A Nevada jury determined that an elected official had violated Nevada’s ethics statute when he proposed and voted for legislation that provided his contributor with a gaming license.

The jury agreed that the elected official would not have done the same for someone who had done him no favors. The conviction was upheld unanimously by the U.S. Supreme Court.

The Supreme Court also upheld a federal statute known as the Honest Services Act when an Alaska legislator, appealed his conviction of violating it. The Honest Services Act simply says that you are entitled to honest services from all of your elected officials, including your U.S. Senator, and it leaves it to a jury to judge what honest services are.

Bottom line, the Supreme Court signaled that they will uphold legislation enacted to prevent state and federal elected officials from repaying contributors with financial favors.

Voters in 23 states can enact legislation by initiative. Large population states like California require several million dollars to collect enough signatures to put an issue on their ballot. In small population states such as Alaska, Montana, Idaho, Wyoming, North Dakota and South Dakota, it costs between one and two hundred thousand dollars. If enough of our elected officials are forced by their home states to end their practice of repaying contributors from state and federal treasuries, they will soon demand their colleagues end the practice as well.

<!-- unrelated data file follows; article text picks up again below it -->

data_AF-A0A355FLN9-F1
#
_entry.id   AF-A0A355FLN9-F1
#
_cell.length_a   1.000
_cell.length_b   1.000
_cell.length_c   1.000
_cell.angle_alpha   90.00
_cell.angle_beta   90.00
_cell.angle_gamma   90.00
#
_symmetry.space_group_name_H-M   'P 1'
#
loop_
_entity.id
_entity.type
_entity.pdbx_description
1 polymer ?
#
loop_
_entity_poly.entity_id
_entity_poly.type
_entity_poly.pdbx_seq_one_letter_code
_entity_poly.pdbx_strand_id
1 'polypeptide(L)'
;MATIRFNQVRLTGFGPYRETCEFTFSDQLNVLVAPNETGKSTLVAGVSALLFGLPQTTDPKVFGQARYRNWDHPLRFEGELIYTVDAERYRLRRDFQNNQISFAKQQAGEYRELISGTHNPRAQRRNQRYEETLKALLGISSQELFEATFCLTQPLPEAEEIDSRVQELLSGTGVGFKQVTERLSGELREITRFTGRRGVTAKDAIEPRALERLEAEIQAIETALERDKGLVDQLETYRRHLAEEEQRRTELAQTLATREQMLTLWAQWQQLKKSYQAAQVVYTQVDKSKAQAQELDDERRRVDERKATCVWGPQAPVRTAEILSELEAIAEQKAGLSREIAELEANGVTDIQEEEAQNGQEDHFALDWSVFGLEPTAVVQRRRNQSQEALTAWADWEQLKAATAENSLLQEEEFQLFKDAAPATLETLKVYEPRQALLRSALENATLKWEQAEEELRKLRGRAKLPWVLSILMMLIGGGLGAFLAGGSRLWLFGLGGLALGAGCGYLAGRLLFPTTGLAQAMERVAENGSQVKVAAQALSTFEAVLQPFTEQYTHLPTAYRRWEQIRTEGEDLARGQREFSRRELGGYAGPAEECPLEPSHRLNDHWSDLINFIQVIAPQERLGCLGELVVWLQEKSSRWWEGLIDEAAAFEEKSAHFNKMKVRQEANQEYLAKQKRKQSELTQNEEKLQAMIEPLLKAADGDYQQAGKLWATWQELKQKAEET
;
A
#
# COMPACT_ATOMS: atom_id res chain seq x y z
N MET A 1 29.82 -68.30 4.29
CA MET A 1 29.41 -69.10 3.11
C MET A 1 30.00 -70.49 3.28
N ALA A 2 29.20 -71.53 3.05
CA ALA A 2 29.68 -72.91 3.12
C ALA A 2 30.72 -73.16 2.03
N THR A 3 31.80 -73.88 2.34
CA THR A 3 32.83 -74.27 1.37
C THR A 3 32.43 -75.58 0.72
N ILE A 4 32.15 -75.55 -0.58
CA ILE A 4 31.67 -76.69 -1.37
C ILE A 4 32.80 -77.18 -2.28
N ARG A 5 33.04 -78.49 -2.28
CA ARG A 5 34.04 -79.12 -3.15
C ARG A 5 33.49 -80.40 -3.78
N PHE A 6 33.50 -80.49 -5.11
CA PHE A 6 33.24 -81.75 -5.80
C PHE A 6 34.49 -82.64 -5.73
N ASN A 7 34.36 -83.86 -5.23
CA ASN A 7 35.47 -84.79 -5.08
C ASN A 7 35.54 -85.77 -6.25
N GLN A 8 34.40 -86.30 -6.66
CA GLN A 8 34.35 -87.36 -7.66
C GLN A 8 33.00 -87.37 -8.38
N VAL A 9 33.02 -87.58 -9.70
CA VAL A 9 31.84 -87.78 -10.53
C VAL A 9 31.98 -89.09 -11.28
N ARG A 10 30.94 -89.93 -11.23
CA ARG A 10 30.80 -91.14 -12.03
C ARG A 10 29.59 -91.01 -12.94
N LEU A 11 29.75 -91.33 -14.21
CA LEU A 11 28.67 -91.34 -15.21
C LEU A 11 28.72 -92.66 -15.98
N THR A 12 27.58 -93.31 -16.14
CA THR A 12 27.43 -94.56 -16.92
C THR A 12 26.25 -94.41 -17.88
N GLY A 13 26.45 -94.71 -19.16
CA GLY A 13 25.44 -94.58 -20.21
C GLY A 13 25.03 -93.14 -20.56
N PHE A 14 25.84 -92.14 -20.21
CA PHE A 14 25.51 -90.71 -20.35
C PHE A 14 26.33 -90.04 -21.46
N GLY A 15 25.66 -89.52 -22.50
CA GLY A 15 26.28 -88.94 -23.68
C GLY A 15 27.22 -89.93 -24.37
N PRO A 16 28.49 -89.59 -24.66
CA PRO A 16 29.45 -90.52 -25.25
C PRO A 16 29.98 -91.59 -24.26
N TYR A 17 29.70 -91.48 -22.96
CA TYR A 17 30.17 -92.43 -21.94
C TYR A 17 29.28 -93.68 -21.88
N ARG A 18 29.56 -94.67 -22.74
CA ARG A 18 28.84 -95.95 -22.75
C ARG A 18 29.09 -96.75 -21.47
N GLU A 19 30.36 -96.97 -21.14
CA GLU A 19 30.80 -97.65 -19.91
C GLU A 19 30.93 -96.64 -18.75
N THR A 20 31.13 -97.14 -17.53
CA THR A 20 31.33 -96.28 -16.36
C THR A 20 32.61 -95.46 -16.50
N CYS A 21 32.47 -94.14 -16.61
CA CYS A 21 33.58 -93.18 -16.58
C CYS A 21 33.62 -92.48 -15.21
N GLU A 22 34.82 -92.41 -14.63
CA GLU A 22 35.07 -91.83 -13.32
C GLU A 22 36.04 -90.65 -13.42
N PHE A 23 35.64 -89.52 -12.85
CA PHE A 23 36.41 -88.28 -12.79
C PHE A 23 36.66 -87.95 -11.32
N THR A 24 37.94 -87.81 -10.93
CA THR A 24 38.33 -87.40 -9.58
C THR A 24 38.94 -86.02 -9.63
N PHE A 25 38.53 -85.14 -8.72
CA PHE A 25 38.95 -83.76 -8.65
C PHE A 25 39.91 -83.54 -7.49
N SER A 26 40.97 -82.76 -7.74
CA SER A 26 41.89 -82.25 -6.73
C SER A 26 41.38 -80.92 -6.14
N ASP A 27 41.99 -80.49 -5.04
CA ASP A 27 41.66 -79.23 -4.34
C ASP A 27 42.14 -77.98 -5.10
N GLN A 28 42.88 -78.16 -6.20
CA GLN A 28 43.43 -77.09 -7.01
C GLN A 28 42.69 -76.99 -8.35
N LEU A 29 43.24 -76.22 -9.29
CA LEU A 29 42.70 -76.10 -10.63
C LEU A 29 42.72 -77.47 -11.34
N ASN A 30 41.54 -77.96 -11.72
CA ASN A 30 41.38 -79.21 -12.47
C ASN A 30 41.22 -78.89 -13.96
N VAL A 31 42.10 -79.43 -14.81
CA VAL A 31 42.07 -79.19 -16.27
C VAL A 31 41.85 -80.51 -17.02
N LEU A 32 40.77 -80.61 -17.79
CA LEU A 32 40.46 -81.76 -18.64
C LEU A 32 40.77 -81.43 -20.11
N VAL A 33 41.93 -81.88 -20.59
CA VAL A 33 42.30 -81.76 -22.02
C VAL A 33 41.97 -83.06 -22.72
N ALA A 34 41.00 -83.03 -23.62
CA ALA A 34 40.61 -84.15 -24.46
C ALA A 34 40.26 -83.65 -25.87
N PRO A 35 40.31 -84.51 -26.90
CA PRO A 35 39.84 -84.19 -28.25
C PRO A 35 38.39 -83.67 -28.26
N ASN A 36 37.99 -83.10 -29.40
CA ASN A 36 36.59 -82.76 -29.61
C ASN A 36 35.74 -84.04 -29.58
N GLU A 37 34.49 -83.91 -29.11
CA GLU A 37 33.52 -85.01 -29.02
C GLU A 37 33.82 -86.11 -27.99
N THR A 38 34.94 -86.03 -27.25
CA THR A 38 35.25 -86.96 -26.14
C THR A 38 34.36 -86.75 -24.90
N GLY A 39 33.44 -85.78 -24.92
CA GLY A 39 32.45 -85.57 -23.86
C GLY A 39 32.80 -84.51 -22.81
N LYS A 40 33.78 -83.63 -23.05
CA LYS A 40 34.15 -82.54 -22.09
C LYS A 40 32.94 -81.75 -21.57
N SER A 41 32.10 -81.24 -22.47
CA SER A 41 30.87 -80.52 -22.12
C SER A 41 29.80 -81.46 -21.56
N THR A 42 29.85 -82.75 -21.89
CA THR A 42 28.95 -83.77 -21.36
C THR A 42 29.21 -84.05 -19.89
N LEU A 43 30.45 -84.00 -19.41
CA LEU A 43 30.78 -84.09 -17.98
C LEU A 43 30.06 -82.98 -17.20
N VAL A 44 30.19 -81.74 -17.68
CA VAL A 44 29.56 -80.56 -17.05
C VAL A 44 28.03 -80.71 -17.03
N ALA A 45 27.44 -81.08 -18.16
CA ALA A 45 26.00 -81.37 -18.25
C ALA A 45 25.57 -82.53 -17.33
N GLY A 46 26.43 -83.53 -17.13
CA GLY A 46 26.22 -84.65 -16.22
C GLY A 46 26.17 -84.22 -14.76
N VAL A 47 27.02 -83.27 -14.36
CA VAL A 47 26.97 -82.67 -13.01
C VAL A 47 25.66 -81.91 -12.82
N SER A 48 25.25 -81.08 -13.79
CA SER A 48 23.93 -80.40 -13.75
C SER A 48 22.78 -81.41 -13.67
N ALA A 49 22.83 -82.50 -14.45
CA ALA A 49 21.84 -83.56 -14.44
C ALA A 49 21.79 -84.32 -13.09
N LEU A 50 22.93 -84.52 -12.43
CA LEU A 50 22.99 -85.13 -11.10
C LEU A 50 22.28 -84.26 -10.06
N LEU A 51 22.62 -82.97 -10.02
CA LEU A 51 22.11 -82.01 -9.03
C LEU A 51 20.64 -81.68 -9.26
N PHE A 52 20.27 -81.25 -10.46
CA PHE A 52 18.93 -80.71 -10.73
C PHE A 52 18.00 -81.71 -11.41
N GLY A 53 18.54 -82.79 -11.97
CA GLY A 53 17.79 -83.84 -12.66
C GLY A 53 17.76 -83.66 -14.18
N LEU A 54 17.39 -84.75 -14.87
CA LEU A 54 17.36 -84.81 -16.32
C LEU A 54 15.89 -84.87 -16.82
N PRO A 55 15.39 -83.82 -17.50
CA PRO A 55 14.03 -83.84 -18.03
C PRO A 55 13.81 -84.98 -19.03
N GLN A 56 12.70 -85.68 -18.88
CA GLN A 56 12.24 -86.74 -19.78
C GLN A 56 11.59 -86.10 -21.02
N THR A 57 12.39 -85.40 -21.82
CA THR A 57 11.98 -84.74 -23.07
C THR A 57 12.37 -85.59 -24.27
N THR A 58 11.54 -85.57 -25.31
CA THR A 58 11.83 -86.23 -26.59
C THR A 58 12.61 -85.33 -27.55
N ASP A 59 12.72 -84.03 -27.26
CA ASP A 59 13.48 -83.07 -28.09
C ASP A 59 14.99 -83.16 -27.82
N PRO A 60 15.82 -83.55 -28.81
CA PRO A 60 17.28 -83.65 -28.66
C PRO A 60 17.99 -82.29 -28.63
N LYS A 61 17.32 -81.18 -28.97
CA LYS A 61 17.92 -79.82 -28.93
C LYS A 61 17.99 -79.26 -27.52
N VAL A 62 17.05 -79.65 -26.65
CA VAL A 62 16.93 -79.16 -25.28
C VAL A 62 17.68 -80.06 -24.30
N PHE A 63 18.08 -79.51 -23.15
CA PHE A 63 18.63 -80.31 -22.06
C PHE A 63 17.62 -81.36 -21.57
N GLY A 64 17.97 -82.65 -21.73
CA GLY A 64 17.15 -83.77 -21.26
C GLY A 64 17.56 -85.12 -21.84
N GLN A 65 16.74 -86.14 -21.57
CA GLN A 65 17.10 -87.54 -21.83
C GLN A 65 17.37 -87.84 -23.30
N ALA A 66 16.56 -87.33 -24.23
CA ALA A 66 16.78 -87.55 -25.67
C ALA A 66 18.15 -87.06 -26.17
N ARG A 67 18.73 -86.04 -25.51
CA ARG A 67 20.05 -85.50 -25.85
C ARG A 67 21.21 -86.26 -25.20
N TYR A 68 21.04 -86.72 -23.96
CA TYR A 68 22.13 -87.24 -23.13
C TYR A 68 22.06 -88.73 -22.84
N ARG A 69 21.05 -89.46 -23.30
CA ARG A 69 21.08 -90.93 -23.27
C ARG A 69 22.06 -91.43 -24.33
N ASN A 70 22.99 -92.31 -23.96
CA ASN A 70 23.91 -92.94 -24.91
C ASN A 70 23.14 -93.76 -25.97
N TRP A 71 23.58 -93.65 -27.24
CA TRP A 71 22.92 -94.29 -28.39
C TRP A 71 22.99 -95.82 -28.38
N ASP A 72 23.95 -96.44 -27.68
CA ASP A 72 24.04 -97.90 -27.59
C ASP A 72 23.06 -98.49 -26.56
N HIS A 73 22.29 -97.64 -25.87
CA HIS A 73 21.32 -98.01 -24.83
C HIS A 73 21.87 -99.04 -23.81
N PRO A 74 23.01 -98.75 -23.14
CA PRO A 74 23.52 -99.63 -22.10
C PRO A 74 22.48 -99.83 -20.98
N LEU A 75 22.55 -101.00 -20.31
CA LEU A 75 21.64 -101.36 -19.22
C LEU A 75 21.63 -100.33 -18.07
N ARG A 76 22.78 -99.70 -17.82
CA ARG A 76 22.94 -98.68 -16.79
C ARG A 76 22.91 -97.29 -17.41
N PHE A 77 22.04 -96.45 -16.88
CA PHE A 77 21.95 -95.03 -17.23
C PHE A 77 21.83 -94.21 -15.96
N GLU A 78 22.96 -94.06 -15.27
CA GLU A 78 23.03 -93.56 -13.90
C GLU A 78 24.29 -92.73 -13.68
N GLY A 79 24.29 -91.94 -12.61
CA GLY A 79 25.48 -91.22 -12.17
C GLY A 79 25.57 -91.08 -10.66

It is my objective to raise $1 million to put the legislation proposed below on the ballot in six western states. As proposed, it meets the Supreme Court’s narrowed definition of corruption, penalizes the elected, and those who bribe them; the severity of punishment if caught makes it self-enforcing, and it’s 10-year statute of limitations insures that would be perpetrators would have to consider that the prosecutors they bribe to look the other way may not be there to protect them 10 years later.

The proposed legislation reads:

(a) It is a class C felony (one to five years prison) for public officials to legislate or engage in the formal exercise of governmental power to regulate or otherwise create competitive advantages for, or direct appropriations to themselves, their business partners, their clients, their immediate family, persons who have given them gifts, their past, present, or sought-after employers, or their contributors, including contributors to independent expenditure campaigns intended to increase the probability of their election.